“For the sake of our children and our future, we must do more to combat climate change.”  When I heard President Obama speak these words during his State of the Union address, I didn’t think of melting polar ice caps, or frustratingly slow progress at international conferences at Kyoto and Dohar, or even Hurricane Sandy.  I thought of air travel, and a bill that President Obama signed last year that undermines his rhetoric.

The bill, signed into law by President Obama on November 27th, prohibits US air carriers from complying with a European law that incentivizes them to reduce their greenhouse gas emissions. If your eyes weren’t peeled to the news in November, you may have missed this bill, but now is the time to pay attention to it again.  The process of Senate confirmation to fill Obama’s second term cabinet is ongoing and the fate of the bill hangs in the balance. 01-_jsl8767

The bill is an overwrought response to the European Union’s trading program for aviation emissions, a sensible, market-based policy implemented last January to control aircraft emissions as the industry expands.  It’s an important check on pollution from a global industry that now adds as much carbon to our atmosphere as the entire population of Germany.

Carriers operating in European airspace are essentially obligated to maintain current levels of carbon dioxide and nitrous oxide emissions through 2020.  Airlines which reduce their emissions by upgrading their fleet, modifying routes, and improving flight occupancy will pay no fee.  They can pass on fuel savings to consumers, and even sell their emissions allocation for a profit.  Carriers that fail to reduce emissions to match the growth in their services will have to purchase excess allowances in an emissions market.

Proponents of the U.S. bill say that the European measure violates our nation’s sovereignty.  By requiring US corporations to comply with the emissions regulation, they say, U.S. citizens are being forced to pay a foreign “tax.” The bill was supported by a bevy of airline industry groups and sponsored by one of their top recipients of campaign donations, Senator John Thune (R-SD).

It’s true that the cost of compliance, about $15 for a ticket between New York and London, may be passed on to consumers.  But this cost is trivial in comparison to the more than $200 in existing taxes and fees levied on this route.  The US itself charges several fees to foreign passengers, including international departure and arrival taxes, an immigration user fee, and a passenger security fee.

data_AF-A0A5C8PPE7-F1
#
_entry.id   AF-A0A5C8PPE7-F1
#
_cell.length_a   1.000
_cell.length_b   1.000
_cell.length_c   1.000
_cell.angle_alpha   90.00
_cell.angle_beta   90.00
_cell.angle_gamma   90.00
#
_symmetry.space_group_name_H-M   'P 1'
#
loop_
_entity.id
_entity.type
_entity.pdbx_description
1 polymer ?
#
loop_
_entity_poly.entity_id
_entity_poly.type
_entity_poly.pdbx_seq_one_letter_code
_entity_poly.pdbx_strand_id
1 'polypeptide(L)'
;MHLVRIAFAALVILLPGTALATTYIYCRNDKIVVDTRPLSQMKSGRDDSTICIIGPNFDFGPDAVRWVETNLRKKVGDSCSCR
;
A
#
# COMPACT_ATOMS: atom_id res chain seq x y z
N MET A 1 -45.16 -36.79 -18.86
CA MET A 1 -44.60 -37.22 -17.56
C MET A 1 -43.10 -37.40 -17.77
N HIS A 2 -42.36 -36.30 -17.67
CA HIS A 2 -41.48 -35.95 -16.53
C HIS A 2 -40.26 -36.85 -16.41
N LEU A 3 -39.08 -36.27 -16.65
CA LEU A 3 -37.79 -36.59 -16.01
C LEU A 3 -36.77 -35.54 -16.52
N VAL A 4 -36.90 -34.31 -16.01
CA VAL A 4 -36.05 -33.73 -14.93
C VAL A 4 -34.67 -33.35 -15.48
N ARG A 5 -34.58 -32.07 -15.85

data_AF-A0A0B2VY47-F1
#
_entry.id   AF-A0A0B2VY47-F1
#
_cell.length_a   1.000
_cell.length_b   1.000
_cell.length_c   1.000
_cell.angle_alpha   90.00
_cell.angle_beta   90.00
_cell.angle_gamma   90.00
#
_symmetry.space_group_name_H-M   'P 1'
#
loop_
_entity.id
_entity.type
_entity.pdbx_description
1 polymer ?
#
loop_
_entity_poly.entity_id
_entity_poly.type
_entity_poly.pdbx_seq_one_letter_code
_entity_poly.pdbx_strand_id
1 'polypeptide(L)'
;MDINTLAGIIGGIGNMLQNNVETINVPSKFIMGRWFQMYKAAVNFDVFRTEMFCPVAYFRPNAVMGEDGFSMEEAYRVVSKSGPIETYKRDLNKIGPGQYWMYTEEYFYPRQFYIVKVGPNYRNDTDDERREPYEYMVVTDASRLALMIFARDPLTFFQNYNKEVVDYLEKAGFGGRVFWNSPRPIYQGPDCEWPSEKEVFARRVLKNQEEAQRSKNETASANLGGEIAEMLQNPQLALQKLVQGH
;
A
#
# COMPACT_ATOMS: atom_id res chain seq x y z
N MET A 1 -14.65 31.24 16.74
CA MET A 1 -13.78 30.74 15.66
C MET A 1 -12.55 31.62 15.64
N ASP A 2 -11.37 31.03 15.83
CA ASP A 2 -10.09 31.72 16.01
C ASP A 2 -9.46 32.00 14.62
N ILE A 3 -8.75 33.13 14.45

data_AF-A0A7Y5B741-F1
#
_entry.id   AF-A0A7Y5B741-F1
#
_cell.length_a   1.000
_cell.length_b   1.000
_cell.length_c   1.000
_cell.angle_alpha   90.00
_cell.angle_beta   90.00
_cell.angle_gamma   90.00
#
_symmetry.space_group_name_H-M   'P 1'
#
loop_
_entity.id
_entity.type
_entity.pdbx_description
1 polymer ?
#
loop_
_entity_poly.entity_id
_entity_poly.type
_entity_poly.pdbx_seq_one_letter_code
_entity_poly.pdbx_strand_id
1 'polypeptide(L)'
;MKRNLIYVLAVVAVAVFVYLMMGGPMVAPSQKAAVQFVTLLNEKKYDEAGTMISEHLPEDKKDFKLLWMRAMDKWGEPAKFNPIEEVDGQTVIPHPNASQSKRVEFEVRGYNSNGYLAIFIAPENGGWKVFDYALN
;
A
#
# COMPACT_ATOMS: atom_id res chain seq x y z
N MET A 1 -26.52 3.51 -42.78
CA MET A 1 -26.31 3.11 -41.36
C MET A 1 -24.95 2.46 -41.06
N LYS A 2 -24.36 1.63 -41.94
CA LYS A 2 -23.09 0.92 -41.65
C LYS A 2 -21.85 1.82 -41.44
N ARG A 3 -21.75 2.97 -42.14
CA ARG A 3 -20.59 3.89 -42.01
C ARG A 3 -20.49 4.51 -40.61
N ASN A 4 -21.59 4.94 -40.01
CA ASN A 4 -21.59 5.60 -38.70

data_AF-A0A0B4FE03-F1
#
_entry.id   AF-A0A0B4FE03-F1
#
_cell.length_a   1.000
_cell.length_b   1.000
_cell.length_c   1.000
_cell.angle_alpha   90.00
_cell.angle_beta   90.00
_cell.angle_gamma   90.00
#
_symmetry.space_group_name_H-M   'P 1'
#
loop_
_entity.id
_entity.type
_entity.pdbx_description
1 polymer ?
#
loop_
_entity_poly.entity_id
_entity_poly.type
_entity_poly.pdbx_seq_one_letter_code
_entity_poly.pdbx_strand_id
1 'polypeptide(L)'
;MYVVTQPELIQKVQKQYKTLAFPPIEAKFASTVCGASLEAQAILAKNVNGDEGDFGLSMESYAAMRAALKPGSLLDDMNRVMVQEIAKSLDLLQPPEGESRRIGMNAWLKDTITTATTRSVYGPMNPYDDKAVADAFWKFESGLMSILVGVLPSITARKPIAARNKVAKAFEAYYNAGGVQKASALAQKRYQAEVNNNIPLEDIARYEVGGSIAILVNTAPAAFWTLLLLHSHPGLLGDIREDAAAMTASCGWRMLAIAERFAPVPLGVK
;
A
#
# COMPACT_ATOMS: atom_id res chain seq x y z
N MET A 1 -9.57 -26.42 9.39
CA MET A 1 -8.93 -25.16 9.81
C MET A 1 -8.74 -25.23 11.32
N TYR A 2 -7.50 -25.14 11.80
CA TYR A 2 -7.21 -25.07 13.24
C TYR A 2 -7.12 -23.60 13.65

If airlines do not comply with this levy, they will be subjected to more than $20 billion in fines from the EU between now and 2020.  Congress has not sufficiently anticipated this messy legal eventuality, and only claims, in an amendment to the bill, that “taxpayer dollars” will not be used to pay these European penalties.  If airlines suffer these fines, they will inevitably pass the cost to consumers.

Passing this bill is disturbing since it demonstrates that Congress is  unwilling to make even the most moderate steps toward controlling the growth of human-caused greenhouse gas emissions, and sets a precedent against any measure calling for industry to bear the costs its activities have on our climate.

However, the Administration is not shackled by this new law.  It simply grants the  Secretary of Transportation the power to direct airlines to comply with the EU regulation or disobey it.  On Tuesday, former Charlotte mayor Anthonny Foxx was sworn in to succeed Ray LaHood as Secretary of Transportation.  Foxx should exercise the privilege granted to the Secretary by the bill to direct airlines to comply with the European regulations.

President Obama has claimed a role of “international leadership” on combating climate change and has recently pledged executive action.  To be consistent in his positions, President Obama and his Administration should direct American air carriers to comply with the environmentally-conscious laws of our allies.  Furthermore, the Administration should work with the European Union to establish international agreements to supplement Europe’s Directive at the upcoming assembly of the International Civil Aviation Organization in September.  This action would open the door for future domestic and global measures to combat climate change and form the basis of his legacy for his second term.

Nathan Sanders is a Ph.D. Candidate in the Department of Astronomy at Harvard University.